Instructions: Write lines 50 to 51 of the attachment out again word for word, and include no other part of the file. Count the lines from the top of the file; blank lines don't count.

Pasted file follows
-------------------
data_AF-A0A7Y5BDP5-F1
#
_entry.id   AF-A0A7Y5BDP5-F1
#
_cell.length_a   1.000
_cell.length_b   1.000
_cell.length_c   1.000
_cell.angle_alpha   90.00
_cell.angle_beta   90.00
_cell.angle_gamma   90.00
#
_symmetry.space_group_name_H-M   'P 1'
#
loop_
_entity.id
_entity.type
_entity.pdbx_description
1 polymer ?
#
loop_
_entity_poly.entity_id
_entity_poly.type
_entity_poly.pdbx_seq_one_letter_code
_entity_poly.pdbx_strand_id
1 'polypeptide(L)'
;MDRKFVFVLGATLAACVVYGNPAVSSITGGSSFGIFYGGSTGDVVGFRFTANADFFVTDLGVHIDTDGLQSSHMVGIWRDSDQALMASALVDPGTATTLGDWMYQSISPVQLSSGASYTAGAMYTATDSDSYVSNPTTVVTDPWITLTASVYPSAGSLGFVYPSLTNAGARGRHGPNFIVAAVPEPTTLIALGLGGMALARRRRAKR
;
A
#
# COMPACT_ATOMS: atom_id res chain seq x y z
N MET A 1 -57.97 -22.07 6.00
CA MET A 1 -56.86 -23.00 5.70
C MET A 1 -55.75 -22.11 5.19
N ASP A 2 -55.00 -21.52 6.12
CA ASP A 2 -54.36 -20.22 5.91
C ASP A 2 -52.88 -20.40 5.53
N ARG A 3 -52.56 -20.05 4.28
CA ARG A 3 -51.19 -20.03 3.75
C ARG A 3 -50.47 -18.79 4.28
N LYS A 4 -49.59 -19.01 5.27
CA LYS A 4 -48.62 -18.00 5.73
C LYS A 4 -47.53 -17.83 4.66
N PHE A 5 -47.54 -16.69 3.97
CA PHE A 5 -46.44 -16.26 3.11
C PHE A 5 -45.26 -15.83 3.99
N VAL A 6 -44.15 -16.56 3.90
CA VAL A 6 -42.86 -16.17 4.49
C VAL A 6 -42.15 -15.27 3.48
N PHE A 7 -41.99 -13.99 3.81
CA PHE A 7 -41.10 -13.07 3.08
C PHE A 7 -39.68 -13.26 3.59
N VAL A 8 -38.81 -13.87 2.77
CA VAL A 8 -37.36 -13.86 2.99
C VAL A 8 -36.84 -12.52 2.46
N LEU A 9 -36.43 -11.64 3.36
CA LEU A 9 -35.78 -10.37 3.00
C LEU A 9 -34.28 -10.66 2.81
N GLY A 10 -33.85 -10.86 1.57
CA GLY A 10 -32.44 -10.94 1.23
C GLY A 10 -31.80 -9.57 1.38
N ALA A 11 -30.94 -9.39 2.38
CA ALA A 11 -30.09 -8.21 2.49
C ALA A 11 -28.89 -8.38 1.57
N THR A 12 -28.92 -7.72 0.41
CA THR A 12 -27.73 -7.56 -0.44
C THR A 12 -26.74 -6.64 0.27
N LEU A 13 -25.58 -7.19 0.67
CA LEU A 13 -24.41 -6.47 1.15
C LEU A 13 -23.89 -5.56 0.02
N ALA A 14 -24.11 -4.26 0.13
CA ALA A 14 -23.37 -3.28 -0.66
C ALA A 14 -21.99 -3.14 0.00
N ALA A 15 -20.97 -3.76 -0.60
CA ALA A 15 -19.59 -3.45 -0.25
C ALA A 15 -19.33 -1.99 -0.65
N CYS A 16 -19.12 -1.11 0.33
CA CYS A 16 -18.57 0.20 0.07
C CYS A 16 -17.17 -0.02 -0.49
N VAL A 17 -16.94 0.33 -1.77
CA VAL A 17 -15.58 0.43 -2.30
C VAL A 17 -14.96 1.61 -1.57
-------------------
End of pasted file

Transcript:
CA PHE A 7 -41.10 -13.07 3.08
C PHE A 7 -39.68 -13.26 3.59